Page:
January 29, 2016

Today’s front page of the day comes from Canada’s Guelph Mercury, which published a print edition for the last time on Friday. The 149-year-old paper’s final front led with -30-, which the newspaper explained was a print tradition. “The tradition faded as computers replaced typewriters in newsrooms. But, for anyone who cares about journalism, -30- will always mean ‘the end.'”

The paper has 23 full-time employees and 3 part-time employees, CBC News reported.

Staff at the Guelph Mercury were told they don’t have to continue working this week after news came that Friday’s print edition is the last ever, but one long-time reporter said he and his colleagues will carry on.

‘Newspapers, it’s not just a job for the people who have worked there,’ Tony Saxon, a 20-year veteran with the Mercury, told The Morning Edition host Craig Norris Tuesday, a day after staff were told the print edition would no longer be published after this week.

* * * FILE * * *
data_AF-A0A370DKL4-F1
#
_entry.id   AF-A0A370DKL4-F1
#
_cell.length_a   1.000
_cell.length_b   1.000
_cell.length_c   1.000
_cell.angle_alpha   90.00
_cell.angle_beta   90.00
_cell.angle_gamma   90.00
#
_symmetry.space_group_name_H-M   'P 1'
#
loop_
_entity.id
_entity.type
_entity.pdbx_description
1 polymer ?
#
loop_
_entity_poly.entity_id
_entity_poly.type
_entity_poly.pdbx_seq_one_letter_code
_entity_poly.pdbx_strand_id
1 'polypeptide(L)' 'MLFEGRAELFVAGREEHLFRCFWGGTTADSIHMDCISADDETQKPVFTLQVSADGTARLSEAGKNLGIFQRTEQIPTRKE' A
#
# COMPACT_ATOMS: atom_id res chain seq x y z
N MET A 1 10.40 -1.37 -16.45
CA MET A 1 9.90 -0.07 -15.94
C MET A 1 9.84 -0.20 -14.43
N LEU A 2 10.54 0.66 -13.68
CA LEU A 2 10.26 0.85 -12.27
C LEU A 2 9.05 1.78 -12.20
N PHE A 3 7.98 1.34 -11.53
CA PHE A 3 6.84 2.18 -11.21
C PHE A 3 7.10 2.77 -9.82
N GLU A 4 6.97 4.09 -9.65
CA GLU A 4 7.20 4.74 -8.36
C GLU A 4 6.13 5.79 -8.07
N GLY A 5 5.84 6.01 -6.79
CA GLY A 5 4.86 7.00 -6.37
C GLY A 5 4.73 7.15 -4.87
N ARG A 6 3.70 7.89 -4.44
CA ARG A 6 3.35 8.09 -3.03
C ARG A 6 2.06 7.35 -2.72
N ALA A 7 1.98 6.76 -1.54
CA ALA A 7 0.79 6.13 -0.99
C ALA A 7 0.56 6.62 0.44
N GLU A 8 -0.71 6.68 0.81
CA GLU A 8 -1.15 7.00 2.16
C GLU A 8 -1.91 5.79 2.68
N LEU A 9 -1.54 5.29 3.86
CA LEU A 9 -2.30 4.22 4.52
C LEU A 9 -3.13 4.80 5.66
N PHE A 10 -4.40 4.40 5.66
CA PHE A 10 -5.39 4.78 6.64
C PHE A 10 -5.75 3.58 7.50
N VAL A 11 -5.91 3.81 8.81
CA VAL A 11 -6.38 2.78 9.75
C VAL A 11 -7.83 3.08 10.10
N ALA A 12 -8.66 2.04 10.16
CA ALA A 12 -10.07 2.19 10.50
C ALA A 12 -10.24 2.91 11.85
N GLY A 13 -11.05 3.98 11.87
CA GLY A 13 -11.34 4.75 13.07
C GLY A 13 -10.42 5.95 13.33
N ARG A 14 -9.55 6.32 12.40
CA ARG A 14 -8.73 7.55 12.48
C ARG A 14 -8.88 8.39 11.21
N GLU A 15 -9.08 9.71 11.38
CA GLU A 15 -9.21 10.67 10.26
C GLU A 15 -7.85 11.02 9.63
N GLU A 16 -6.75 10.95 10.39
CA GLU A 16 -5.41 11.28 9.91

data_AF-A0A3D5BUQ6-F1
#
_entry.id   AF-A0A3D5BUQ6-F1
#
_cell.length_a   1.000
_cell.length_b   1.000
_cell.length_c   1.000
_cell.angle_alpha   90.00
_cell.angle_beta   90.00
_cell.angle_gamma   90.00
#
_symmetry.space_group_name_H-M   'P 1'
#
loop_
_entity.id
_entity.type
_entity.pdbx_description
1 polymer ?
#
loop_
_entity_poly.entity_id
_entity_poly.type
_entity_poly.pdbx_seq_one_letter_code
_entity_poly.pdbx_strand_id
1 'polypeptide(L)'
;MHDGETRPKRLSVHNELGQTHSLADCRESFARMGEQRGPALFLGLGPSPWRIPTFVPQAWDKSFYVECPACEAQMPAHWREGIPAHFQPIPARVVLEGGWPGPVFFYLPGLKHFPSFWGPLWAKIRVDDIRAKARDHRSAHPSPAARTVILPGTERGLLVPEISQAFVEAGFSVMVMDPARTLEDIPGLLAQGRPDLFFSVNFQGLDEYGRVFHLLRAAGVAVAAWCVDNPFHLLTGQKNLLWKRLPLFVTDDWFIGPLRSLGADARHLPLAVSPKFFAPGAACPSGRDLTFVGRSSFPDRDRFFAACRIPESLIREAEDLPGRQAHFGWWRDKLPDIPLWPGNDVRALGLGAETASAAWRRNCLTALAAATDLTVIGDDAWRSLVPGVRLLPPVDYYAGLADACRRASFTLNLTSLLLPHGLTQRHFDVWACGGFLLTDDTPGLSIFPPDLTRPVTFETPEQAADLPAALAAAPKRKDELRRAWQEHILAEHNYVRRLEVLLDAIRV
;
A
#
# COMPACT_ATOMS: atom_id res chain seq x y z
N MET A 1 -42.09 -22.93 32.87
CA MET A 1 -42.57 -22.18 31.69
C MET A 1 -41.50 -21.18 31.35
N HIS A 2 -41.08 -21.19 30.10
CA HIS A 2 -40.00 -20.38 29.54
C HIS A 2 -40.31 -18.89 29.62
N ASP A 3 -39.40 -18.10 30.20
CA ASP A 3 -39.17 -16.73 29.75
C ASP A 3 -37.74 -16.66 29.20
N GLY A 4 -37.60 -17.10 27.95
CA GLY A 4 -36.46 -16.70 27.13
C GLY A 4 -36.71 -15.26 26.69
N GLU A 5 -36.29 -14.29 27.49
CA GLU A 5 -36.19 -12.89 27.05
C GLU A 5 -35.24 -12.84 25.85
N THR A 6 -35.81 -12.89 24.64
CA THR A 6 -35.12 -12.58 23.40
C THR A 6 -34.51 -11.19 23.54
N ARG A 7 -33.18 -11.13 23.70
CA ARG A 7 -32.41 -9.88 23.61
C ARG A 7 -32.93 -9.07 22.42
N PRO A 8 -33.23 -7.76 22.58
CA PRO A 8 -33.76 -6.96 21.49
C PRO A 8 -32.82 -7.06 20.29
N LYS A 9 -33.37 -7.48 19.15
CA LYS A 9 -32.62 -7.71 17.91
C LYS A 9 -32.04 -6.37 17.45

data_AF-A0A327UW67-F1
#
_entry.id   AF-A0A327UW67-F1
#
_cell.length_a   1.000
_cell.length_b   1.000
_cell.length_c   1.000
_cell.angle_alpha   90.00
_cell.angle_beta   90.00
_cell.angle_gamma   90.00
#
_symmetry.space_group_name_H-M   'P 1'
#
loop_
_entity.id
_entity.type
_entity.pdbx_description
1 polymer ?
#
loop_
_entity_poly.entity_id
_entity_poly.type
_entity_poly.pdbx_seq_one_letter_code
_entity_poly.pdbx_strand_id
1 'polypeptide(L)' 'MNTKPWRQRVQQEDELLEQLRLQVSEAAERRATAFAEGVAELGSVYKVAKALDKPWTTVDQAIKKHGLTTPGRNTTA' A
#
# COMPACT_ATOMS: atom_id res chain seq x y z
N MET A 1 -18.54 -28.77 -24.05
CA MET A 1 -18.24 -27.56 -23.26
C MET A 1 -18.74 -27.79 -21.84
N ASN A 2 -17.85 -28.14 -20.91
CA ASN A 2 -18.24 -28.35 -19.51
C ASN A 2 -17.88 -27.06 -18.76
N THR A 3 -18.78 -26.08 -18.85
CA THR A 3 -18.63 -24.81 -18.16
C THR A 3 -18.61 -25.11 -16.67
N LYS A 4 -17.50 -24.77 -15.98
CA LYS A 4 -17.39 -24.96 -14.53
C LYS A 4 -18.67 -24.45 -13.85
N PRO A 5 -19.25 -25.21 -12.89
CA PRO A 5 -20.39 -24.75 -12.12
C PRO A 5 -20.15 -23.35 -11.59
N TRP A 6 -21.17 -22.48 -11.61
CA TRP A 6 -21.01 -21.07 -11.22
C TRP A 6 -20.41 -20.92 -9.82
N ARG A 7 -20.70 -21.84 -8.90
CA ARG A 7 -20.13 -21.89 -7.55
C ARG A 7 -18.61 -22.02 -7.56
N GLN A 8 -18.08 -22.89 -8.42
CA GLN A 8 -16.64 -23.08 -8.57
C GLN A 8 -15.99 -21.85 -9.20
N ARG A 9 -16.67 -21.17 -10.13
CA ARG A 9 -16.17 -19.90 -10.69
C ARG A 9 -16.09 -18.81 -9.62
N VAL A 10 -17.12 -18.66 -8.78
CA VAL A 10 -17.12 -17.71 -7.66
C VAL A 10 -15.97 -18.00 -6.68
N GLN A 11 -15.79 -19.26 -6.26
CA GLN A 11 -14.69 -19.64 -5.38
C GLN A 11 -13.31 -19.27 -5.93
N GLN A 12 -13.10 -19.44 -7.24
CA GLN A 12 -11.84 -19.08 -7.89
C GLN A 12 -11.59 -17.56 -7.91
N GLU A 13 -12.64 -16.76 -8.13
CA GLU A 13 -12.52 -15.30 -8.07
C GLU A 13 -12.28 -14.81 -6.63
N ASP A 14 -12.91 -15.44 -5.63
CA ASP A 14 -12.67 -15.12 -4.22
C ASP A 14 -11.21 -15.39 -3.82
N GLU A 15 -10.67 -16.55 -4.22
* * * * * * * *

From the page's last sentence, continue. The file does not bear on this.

See also: Another Canadian paper went -30- today

The Mercury reported the details of the decision on Monday.

Publisher Donna Luelo expressed regret at the decision, but said shuttering the print edition was the only viable option. A regional digital team would continue to put out a web version.

The CBC reported Thursday that people showed up at the newspaper to thank reporters and hug the building.

On Thursday, Guelph mayor Cam Guthrie started the Twitter hashtag #ThankTheMerc.

‘Take a moment and let’s thank them. Let’s give them a proper send off,’ Guthrie wrote on his blog.

Following the hug mob, neighbouring bar The Albion Hotel opened its second floor for those who wanted to celebrate what the Mercury has meant to the community.

The tweets and the front page offer something a lot of newspapers don’t get before closing — the chance to say goodbye.

Here’s the Mercury’s final front, via Newseum. The story on the left is a tribute to the building and what happened inside. On the right, there’s a final column. But notice that the paper didn’t totally blow up the front page format. At the bottom, you’ll still find a refer to the next day’s weather:

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Kristen Hare teaches local journalists the critical skills they need to serve and cover their communities as Poynter's local news faculty member. Before joining faculty…
Kristen Hare

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